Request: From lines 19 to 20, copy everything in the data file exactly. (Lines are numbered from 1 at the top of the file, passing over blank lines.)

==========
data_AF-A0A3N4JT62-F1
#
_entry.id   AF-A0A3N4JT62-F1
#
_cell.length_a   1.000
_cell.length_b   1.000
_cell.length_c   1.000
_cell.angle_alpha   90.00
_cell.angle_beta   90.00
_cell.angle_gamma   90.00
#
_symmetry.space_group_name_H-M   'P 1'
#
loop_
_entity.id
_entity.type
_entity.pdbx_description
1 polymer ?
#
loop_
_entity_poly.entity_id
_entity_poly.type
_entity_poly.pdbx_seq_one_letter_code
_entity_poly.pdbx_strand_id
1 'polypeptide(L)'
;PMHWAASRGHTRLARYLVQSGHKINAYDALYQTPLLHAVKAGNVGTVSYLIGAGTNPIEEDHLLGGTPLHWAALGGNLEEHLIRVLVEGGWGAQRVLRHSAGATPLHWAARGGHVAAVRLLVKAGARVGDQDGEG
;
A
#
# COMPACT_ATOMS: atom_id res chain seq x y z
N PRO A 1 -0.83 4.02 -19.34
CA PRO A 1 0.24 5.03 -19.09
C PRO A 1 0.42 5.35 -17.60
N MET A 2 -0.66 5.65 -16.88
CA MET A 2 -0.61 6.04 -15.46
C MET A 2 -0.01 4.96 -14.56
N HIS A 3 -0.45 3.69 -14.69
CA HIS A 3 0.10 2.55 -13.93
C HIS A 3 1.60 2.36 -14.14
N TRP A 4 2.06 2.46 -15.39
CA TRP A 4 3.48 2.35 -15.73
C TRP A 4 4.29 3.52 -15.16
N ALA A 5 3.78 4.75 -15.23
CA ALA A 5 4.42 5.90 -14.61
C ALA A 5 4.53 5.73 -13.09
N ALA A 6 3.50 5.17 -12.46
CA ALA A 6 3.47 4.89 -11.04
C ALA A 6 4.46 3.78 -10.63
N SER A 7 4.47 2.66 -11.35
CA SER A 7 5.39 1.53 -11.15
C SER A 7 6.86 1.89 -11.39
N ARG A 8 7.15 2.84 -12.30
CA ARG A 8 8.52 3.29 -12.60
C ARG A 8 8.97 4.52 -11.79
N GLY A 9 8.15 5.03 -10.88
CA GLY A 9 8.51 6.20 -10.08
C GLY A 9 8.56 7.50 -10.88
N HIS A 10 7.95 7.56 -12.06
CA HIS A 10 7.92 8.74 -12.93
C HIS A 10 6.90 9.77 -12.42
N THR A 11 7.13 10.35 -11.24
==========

#
loop_